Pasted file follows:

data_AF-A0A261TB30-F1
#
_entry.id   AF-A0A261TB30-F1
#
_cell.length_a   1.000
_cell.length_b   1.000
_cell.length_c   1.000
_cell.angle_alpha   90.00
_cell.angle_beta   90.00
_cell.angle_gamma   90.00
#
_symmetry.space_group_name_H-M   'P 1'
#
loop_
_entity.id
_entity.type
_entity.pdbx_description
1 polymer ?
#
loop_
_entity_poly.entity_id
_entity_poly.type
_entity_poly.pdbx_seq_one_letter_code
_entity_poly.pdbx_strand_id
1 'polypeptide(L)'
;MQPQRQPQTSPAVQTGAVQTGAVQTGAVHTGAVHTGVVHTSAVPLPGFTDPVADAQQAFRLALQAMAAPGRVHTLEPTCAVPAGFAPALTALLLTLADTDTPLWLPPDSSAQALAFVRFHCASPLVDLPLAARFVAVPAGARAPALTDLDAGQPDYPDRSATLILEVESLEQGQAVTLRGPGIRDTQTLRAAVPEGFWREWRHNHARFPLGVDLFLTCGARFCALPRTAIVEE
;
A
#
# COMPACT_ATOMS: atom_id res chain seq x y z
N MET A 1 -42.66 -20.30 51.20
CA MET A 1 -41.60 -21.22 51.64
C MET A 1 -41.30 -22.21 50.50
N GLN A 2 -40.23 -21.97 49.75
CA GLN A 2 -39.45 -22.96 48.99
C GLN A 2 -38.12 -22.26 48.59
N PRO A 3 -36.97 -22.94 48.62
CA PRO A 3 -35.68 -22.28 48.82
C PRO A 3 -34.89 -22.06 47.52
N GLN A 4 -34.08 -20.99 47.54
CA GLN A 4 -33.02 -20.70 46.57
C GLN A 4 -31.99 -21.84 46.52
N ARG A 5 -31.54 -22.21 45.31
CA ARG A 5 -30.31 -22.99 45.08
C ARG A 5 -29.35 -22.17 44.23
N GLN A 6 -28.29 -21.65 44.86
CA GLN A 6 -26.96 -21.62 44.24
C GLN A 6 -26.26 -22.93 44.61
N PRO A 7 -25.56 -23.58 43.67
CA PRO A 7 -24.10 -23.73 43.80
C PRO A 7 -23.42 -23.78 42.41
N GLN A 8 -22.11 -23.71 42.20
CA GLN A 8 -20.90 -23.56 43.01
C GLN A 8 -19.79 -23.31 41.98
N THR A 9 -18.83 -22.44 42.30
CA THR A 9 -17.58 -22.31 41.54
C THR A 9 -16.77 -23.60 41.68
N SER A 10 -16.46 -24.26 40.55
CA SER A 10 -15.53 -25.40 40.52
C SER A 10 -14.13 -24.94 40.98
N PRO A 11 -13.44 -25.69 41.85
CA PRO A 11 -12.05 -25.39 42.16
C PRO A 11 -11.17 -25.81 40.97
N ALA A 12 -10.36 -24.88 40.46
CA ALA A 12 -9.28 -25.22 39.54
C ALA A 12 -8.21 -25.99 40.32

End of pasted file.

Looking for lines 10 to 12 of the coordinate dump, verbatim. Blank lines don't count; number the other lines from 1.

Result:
_cell.angle_gamma   90.00
#
_symmetry.space_group_name_H-M   'P 1'